I FUCKING LOVE COLOURING
28 Days Later...
His fear began when he woke up alone. His terror began when he realised he wasn't.
Twenty-eight days after a killer virus was accidentally unleashed from a British research facility, a small group of London survivors are caught in a desperate struggle to protect themselves from the infected. Carried by animals and humans, the virus turns those it infects into homicidal maniacs -- and it's absolutely impossible to contain.
Signifying the dawn of a new era of post-apocalyptic horror, Danny Boyle's 28 Days Later... is the biggest leap zombie horror has taken ever since George A. Romero established the sub-genre in 1968 with Night of the Living Dead. The film discards the now outdated concept of reanimated corpses & replaces it with a contemporary idea of a viral epidemic, thus changing the supernatural phenomenon into a psychological one.
The movie opens with a prologue that teases with the origin of a highly contagious virus which amplifies the rage behaviour in infected humans, thus turning them into aggressive, zombie-like beings. The story concerns Jim who wakes up in an abandoned hospital 28 days after the disease outbreak only to find the…
All of this was new in 2002. Saying that this isn't new is like saying that Citizen Kano's cinematography is old.
My favorite movie in the zombie or horror genre.
Sunday Morning Review!
Staying alive's as good as it gets.
In the early 2000's horror was at an odd place. Without knowing it, the world of horror was moving towards remakes, reimaginings, and found footage gags, so there were a few key films that threatened to change the pace of horror films to come and shake up the norm a bit. While 28 Days Later was a familiar sub-genre, it was pulled off in a unique fashion and managed to have remarkably human emotions in a film populated by snarling, bloody infected husks.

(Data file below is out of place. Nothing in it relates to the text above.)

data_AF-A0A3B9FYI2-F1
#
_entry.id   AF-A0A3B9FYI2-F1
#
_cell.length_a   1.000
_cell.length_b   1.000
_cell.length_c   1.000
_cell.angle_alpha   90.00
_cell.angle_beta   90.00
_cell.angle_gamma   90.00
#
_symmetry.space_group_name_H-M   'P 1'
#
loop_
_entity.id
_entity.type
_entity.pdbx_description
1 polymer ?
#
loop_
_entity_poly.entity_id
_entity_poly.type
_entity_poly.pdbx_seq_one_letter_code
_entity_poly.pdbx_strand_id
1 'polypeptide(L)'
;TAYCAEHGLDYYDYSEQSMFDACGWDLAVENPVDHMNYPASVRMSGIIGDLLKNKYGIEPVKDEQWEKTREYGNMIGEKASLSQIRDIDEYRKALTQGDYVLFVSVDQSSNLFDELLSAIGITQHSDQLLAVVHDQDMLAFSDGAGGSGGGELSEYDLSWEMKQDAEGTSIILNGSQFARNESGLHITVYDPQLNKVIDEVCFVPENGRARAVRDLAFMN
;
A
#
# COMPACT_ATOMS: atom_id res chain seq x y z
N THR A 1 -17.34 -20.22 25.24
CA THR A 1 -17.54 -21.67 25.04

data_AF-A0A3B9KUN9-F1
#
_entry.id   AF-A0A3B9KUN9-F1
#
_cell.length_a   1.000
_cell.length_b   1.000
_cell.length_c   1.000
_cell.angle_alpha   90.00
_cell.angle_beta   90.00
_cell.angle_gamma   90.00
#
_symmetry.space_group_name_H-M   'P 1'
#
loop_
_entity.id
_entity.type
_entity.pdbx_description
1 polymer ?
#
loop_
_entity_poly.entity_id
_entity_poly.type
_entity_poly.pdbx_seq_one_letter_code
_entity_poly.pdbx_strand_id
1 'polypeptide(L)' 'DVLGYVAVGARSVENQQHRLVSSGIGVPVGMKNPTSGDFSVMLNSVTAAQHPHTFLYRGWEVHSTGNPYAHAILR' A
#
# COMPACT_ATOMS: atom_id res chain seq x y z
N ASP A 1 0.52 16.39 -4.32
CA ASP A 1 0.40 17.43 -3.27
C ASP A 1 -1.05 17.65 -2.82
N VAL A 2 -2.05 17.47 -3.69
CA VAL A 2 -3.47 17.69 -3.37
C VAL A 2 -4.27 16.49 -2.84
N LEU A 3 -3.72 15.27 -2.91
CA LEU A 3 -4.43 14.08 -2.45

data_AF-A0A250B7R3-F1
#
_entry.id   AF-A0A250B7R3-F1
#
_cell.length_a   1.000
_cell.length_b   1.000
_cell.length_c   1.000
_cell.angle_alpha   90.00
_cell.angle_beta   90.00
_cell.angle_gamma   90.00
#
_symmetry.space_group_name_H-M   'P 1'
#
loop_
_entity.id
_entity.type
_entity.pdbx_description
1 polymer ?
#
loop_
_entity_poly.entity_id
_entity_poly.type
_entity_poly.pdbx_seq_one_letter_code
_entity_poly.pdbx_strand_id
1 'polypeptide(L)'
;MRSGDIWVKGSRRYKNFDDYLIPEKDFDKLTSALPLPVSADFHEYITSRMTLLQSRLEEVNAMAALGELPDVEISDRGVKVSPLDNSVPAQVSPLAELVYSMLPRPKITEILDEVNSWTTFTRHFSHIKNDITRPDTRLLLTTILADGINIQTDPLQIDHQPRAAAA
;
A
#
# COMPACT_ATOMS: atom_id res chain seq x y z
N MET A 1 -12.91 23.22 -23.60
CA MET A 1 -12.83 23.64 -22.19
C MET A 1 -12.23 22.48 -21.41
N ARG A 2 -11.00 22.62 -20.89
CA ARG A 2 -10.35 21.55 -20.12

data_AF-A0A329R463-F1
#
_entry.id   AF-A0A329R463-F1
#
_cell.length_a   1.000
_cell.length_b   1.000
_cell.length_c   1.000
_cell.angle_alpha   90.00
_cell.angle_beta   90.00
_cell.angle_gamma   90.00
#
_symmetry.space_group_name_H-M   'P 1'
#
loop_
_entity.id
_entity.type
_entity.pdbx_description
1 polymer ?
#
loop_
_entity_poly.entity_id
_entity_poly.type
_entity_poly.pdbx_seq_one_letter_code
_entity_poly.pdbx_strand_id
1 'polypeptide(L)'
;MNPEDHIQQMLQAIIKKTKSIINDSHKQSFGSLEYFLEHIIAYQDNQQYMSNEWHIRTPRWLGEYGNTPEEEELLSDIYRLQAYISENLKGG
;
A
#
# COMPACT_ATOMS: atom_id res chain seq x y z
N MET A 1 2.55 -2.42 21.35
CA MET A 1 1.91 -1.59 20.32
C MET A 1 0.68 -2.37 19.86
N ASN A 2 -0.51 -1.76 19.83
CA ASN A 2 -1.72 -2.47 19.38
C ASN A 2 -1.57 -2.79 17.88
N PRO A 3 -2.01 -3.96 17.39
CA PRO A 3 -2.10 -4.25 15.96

Danny Boyle drops us right in the middle of the apocalypse without showing the beginning panic and the failure of military, but instead like we are just…
What I have always loved about the early Romero zombie films is that they were always more than mindless horror films, they were riddled with religious themes, social commentary and asked questions about human nature. And they were sufficiently gory and disgusting to boot.
Boyle's film transports that approach to the 21st century, amping up the adrenaline, touching on some tough subjects and covering it all in a, by now, recognisable Boyle sauce.
The first half of the film is a frenetic escape from an infected city and while it is never really scary, it most definitely is tense. That has a lot to do with this film's interpretation of the zombies. They are perhaps not zombies in the traditional…
Not Quite Hoop-Tober: Day 6
Danny Boyle's 28 Days Later used to be one of my all-time favorite zombie movies, but whether I've finally seen it too many times or my tastes have shifted since the last time I saw it, I find myself falling out of love. Boyle's story about a man who wakes up in the middle of the apocalypse still has its merits, but on this visit I felt its strengths almost overwhelmed by the weaknesses in between them.
Three scenes I still love:
1. The whole opening sequence with Cillian Murphy walking the empty streets of London. It's wonderfully atmospheric, and the wide angle presentation of the vacant city even surpasses 1971's The Omega Man in…